Imran Khan used to criticise the Pakistani establishment before coming to power. Then he came to power and stopped criticising them. He had three years to fix the political structures and did not do anything.
For their part, the PML-N leadership, especially Nawaz Sharif and Maryam Nawaz, after the election of 2018, when removed from power, started to criticise the establishment – beginning with the narrative of “Mujhe kyun nikala?”
Now PML-N has stopped criticising the establishment because they are in power. No vitriol from Maryam Nawaz has been observed lately.
And now, we have seen Imran Khan once again criticising the establishment.
Whoever is out of power in Pakistan politics starts to blame the establishment. Will the situation ever change? The onus is on politicians. As to whether the PTI’s Punjab win in the by-elections will once again change Imran’s narrative in support of the Establishment or not remains to be seen.
After the success of the no-confidence motion, Khan had another prudent option after he was ousted from the PM’s office. That was to remain in the parliament and fight for the rights of the people. He would have acted as a productive opposition and could have confronted the new regime within the bounds of the constitution on a plethora of issues.
For some, the Punjab by-election win does establish him as the ‘only’ leader people like and want PTI in Punjab by hook, line and sinker. This is still debatable as the dataset that we have of 20 seats to make a judgment is limited. What we need is a general election to get the real picture countrywide.
People expected a ‘promised change’ offered by Khan. Many already had lost trust in the other two main political parties’ leadership even before he arrived at the scene. Therefore, people’s hopes were very high. While in power, he did not attend parliament as he should have. He did not have time to meet with his own party members, the MNAs and other coalition partners. It seemed he was flying very high while in power. That luxury is gone now. He had to rebuild the trust and he did it – at least up to the provincial level of Punjab province.
It is, however, true that the level of disappointment amongst many people is very high: they have no option left. History tells us that PPP and PML-N’s governing tenures were infested with corruption. PTI gave people a breath of fresh air that did not work, and now hopelessness has settled in. Khan is tapping on this hopelessness without considering the ground realities of how Pakistan is being damaged internally.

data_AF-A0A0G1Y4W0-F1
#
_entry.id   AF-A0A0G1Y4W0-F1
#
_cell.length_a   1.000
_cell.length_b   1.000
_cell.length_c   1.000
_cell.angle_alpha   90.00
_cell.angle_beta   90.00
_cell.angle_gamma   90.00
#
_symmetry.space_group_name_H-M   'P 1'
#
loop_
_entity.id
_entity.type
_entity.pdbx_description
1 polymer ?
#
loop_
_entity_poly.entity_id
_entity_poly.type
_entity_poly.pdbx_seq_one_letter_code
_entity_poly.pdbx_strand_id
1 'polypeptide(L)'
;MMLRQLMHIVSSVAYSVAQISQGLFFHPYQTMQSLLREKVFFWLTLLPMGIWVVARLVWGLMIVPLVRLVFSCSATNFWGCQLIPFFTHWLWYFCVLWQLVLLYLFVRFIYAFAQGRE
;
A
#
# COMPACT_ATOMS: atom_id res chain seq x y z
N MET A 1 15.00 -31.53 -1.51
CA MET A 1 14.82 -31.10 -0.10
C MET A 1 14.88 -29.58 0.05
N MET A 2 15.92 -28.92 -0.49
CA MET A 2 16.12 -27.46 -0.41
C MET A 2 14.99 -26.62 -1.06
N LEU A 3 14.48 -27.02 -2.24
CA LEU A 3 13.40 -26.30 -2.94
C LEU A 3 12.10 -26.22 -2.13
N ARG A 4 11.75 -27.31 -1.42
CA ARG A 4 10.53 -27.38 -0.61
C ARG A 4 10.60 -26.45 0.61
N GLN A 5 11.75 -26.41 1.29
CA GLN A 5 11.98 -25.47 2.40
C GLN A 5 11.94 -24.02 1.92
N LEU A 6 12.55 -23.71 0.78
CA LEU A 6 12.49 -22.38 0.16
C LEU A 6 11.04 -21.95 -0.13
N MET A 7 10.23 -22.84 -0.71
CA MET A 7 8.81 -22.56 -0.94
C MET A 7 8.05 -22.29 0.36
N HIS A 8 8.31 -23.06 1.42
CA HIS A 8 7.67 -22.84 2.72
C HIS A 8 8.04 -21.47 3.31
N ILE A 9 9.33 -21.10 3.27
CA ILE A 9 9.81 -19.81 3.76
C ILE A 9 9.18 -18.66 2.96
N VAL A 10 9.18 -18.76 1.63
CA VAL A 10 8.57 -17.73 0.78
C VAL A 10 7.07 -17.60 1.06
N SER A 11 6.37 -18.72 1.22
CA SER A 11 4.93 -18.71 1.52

The question of “foreign-inspired and locally-sponsored regime-change operation in Pakistan,” is in question itself now. For after all, an ordinary citizen one would ask what happened to the “foreign conspiracy and imported government” when PTI wins most of the seats out of 20 in Punjab (till the filing of this article)!
In any case, PTI is getting a second chance and should go back to Parliament, and try to win hearts of its disgruntled MNAs and coalition partners, so as to pave the way for coming back to power in the centre. This current regime is also standing on very flimsy ground, and now they should rethink: to either stay in power or resign and go back to the people. The option of going back to the people for a mandate seems prudent at this point.
It is a welcome gesture that PPP and PML-N leaders have indicated that they are going to accept the by-election results with “an open heart” and will not agitate against any supposed wrongdoings. This is what democracy is all about and they should be praised on this acceptance, because if they chose not to, the cycle of political ambiguity would have begun again and a destructive game of musical chairs would have ensued.
One wonders if the situation were not in the PTI’s favour, and the results had been less acceptable to them, as to what their reaction would have been. Would they have accepted the results with an “open heart” or not?